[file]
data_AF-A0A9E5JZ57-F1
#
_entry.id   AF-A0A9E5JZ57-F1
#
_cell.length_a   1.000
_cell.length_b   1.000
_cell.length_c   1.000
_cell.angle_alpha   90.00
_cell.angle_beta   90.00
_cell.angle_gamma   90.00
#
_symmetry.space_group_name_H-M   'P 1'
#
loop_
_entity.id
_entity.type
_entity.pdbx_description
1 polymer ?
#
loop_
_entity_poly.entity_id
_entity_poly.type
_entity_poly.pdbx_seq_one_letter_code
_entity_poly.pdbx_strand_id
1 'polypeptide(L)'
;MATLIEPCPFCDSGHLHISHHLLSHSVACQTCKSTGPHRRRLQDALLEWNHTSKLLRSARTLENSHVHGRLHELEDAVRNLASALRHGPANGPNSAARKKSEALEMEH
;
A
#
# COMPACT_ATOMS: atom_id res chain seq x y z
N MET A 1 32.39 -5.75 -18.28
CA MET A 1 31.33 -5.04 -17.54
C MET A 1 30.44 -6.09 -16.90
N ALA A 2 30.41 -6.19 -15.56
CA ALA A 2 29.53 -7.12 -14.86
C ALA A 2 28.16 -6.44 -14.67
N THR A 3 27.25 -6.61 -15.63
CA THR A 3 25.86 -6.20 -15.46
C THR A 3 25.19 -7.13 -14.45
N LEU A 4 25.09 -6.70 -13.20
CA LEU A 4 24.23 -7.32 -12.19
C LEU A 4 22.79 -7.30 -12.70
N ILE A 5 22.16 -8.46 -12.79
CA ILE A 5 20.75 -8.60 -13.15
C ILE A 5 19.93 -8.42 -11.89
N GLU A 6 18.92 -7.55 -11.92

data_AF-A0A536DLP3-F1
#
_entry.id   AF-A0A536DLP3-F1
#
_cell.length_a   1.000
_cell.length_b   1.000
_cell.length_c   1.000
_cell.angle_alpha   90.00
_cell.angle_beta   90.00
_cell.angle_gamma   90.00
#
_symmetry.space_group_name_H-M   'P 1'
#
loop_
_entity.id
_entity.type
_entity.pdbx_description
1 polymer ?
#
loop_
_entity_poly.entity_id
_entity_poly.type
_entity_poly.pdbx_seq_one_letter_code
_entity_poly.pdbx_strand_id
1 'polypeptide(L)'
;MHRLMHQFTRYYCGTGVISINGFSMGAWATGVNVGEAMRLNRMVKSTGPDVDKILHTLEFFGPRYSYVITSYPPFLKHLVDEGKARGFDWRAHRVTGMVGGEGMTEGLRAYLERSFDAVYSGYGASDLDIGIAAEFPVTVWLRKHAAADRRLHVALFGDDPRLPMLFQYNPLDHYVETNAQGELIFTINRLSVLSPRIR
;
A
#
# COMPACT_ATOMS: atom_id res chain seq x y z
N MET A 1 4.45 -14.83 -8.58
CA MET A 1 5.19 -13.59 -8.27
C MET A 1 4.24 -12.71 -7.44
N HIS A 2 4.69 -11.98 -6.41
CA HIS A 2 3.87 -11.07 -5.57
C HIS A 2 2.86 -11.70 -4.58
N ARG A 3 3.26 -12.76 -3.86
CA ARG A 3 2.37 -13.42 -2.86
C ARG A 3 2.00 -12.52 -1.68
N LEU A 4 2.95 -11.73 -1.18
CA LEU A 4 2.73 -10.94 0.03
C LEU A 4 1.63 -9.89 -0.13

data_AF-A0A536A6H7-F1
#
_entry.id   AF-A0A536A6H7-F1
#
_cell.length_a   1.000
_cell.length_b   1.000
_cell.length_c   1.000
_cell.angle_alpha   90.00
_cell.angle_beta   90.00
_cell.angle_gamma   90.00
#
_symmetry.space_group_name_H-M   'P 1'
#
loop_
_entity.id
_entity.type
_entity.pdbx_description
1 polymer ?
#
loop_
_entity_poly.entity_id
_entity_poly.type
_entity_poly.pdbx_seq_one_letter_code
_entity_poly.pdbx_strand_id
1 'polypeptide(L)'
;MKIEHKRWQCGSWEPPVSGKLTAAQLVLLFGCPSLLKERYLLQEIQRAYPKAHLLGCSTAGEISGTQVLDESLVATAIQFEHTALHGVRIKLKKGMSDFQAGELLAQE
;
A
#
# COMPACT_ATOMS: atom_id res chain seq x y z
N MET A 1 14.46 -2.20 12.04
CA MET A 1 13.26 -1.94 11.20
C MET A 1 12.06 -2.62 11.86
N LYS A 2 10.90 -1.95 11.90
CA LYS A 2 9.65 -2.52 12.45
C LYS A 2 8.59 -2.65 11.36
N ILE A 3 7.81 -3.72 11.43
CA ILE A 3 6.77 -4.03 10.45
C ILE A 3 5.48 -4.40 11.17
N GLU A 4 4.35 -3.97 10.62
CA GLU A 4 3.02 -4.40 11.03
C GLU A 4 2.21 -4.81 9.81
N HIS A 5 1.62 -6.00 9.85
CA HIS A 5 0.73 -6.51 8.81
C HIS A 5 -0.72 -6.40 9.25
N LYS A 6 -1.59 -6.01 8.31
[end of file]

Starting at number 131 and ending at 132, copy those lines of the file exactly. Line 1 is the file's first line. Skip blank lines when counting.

N HIS A 5 1.62 -6.00 9.85
CA HIS A 5 0.73 -6.51 8.81